break

At this point I feel I must confess that I have often been on a clinical shift where I have not taken a break and recently I have been reflecting of why this has happened.  Sometimes the shift has been very busy and there just doesn’t seem to have been time for me to step off the floor .. so given the now established fact that breaks are akin to oxygen masks would I do this differently? Yes I think I will – no matter how busy the shift working tired, hungry and thirsty is counter productive and we need to recognise this.  If I were on a plane and attended to someone else’s oxygen mask before my own I would soon be on the floor gasping for air and we would both be in trouble ! By taking a break this means I can return to my work refreshed and able to care more effectively.

Although taking breaks whilst on duty takes a change in individual mindset I also think that we have to support colleagues to take breaks to … ask them if they have had a break, do that urgent thing for them whilst they go off the floor, reassure them that you will care for that really unwell person and tell them that in order to care effectively they must take care of themselves.  We also need to address organisational culture – is it normal in your work environment that people take breaks? How can we make this a good thing to do? How can we check that people have had a break? How can we support people to take breaks?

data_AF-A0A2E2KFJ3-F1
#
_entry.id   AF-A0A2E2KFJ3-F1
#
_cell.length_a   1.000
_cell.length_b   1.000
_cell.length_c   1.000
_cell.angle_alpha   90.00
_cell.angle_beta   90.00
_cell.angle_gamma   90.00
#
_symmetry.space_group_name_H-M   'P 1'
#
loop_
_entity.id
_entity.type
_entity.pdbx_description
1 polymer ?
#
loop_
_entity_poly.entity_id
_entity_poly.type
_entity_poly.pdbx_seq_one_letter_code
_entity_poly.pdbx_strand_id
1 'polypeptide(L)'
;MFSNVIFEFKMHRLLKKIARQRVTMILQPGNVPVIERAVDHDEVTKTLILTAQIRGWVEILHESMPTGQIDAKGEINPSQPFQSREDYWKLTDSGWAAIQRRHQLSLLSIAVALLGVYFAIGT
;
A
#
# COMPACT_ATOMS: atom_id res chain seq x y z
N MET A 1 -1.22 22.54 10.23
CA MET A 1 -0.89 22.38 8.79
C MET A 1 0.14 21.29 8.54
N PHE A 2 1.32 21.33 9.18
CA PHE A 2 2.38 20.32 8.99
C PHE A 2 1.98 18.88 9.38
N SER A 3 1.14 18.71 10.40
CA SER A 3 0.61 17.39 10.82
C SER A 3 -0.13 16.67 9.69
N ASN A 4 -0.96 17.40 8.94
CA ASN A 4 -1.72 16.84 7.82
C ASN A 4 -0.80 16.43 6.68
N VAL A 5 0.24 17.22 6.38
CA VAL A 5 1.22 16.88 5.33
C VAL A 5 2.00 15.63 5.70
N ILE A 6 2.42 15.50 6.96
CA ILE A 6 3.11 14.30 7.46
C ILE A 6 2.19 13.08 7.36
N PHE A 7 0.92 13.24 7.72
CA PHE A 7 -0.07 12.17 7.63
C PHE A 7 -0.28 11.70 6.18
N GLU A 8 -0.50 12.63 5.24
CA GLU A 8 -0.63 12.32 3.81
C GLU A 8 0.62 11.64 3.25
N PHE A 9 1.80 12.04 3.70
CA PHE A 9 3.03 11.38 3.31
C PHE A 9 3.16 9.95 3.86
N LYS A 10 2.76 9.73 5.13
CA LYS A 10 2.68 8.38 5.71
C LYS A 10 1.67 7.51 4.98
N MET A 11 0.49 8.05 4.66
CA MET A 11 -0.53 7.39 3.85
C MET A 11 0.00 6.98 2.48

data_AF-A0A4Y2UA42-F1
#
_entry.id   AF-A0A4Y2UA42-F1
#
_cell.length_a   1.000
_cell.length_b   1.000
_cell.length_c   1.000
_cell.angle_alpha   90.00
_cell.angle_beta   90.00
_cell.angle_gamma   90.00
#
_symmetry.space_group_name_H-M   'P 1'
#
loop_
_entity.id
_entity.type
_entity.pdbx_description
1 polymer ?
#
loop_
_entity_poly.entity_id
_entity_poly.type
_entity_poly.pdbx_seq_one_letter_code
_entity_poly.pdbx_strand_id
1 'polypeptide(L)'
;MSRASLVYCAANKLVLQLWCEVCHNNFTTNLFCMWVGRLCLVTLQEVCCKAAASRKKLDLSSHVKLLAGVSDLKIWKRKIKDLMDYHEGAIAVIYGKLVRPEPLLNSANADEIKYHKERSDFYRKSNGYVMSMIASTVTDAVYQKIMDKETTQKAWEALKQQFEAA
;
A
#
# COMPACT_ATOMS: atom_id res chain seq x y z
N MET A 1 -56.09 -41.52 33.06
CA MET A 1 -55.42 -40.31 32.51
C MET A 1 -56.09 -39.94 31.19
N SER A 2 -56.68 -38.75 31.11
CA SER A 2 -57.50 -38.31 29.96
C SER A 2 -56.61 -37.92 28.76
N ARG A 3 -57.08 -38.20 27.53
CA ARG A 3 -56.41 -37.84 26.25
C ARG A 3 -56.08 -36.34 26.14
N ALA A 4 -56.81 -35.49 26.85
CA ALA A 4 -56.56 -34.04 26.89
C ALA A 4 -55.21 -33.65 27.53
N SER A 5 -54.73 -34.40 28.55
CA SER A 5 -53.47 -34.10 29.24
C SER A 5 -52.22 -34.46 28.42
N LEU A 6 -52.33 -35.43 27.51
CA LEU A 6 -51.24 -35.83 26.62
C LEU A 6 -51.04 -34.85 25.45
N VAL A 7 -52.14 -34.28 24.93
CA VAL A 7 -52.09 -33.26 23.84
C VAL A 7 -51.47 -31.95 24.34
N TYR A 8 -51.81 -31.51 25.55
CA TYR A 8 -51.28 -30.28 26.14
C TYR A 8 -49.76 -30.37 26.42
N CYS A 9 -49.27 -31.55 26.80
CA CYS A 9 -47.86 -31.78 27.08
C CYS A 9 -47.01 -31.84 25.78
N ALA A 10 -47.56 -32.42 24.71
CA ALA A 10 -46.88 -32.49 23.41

The choice is simple – we can either care until we drop, leading to unwell nurses and poor care … or we can take a break and breathe in the oxygen that enables us to provide the very best of care.